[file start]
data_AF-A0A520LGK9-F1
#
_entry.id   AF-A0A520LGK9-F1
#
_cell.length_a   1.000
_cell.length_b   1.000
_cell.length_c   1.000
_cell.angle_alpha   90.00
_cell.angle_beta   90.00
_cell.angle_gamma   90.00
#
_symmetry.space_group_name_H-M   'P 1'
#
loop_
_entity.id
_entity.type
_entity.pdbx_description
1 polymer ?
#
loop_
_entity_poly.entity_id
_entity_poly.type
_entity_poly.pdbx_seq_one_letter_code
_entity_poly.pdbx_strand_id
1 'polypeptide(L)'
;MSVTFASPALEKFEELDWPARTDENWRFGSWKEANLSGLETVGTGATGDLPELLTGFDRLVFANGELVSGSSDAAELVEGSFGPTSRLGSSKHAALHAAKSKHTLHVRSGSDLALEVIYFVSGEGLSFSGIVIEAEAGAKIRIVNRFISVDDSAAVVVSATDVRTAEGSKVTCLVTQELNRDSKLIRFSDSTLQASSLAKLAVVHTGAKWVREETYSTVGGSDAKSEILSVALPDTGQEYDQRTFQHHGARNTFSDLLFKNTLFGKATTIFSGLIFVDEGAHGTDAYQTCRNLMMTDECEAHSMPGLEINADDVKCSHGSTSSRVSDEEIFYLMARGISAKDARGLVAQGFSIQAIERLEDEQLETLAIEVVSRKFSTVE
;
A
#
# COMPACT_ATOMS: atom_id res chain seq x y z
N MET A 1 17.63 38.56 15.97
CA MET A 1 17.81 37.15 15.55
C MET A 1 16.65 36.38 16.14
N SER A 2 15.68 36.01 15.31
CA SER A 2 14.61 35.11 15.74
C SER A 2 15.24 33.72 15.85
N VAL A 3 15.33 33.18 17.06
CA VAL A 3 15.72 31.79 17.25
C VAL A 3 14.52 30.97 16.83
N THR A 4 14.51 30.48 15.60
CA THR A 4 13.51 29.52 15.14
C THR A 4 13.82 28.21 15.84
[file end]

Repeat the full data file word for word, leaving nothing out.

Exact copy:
data_AF-A0A520LGK9-F1
#
_entry.id   AF-A0A520LGK9-F1
#
_cell.length_a   1.000
_cell.length_b   1.000
_cell.length_c   1.000
_cell.angle_alpha   90.00
_cell.angle_beta   90.00
_cell.angle_gamma   90.00
#
_symmetry.space_group_name_H-M   'P 1'
#
loop_
_entity.id
_entity.type
_entity.pdbx_description
1 polymer ?
#
loop_
_entity_poly.entity_id
_entity_poly.type
_entity_poly.pdbx_seq_one_letter_code
_entity_poly.pdbx_strand_id
1 'polypeptide(L)'
;MSVTFASPALEKFEELDWPARTDENWRFGSWKEANLSGLETVGTGATGDLPELLTGFDRLVFANGELVSGSSDAAELVEGSFGPTSRLGSSKHAALHAAKSKHTLHVRSGSDLALEVIYFVSGEGLSFSGIVIEAEAGAKIRIVNRFISVDDSAAVVVSATDVRTAEGSKVTCLVTQELNRDSKLIRFSDSTLQASSLAKLAVVHTGAKWVREETYSTVGGSDAKSEILSVALPDTGQEYDQRTFQHHGARNTFSDLLFKNTLFGKATTIFSGLIFVDEGAHGTDAYQTCRNLMMTDECEAHSMPGLEINADDVKCSHGSTSSRVSDEEIFYLMARGISAKDARGLVAQGFSIQAIERLEDEQLETLAIEVVSRKFSTVE
;
A
#
# COMPACT_ATOMS: atom_id res chain seq x y z
N MET A 1 17.63 38.56 15.97
CA MET A 1 17.81 37.15 15.55
C MET A 1 16.65 36.38 16.14
N SER A 2 15.68 36.01 15.31
CA SER A 2 14.61 35.11 15.74
C SER A 2 15.24 33.72 15.85
N VAL A 3 15.33 33.18 17.06
CA VAL A 3 15.72 31.79 17.25
C VAL A 3 14.52 30.97 16.83
N THR A 4 14.51 30.48 15.60
CA THR A 4 13.51 29.52 15.14
C THR A 4 13.82 28.21 15.84